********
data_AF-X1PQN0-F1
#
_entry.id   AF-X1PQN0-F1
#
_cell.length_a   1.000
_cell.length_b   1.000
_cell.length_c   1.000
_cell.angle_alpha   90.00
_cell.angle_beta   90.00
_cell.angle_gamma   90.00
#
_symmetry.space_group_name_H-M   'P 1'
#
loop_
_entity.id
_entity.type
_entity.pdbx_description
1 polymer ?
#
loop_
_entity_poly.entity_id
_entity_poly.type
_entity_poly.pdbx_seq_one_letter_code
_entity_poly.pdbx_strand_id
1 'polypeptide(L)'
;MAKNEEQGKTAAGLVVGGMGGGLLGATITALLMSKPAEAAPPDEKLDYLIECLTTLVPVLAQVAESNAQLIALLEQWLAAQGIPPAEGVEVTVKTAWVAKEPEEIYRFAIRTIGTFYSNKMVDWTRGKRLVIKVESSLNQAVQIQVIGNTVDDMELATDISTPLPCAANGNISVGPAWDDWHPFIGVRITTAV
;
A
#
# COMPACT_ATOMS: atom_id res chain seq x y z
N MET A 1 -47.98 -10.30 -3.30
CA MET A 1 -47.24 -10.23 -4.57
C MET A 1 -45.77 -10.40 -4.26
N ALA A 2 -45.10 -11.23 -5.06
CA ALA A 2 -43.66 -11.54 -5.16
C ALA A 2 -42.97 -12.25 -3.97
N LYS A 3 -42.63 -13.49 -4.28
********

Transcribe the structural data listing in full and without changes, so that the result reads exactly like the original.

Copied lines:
data_AF-X1PQN0-F1
#
_entry.id   AF-X1PQN0-F1
#
_cell.length_a   1.000
_cell.length_b   1.000
_cell.length_c   1.000
_cell.angle_alpha   90.00
_cell.angle_beta   90.00
_cell.angle_gamma   90.00
#
_symmetry.space_group_name_H-M   'P 1'
#
loop_
_entity.id
_entity.type
_entity.pdbx_description
1 polymer ?
#
loop_
_entity_poly.entity_id
_entity_poly.type
_entity_poly.pdbx_seq_one_letter_code
_entity_poly.pdbx_strand_id
1 'polypeptide(L)'
;MAKNEEQGKTAAGLVVGGMGGGLLGATITALLMSKPAEAAPPDEKLDYLIECLTTLVPVLAQVAESNAQLIALLEQWLAAQGIPPAEGVEVTVKTAWVAKEPEEIYRFAIRTIGTFYSNKMVDWTRGKRLVIKVESSLNQAVQIQVIGNTVDDMELATDISTPLPCAANGNISVGPAWDDWHPFIGVRITTAV
;
A
#
# COMPACT_ATOMS: atom_id res chain seq x y z
N MET A 1 -47.98 -10.30 -3.30
CA MET A 1 -47.24 -10.23 -4.57
C MET A 1 -45.77 -10.40 -4.26
N ALA A 2 -45.10 -11.23 -5.06
CA ALA A 2 -43.66 -11.54 -5.16
C ALA A 2 -42.97 -12.25 -3.97
N LYS A 3 -42.63 -13.49 -4.28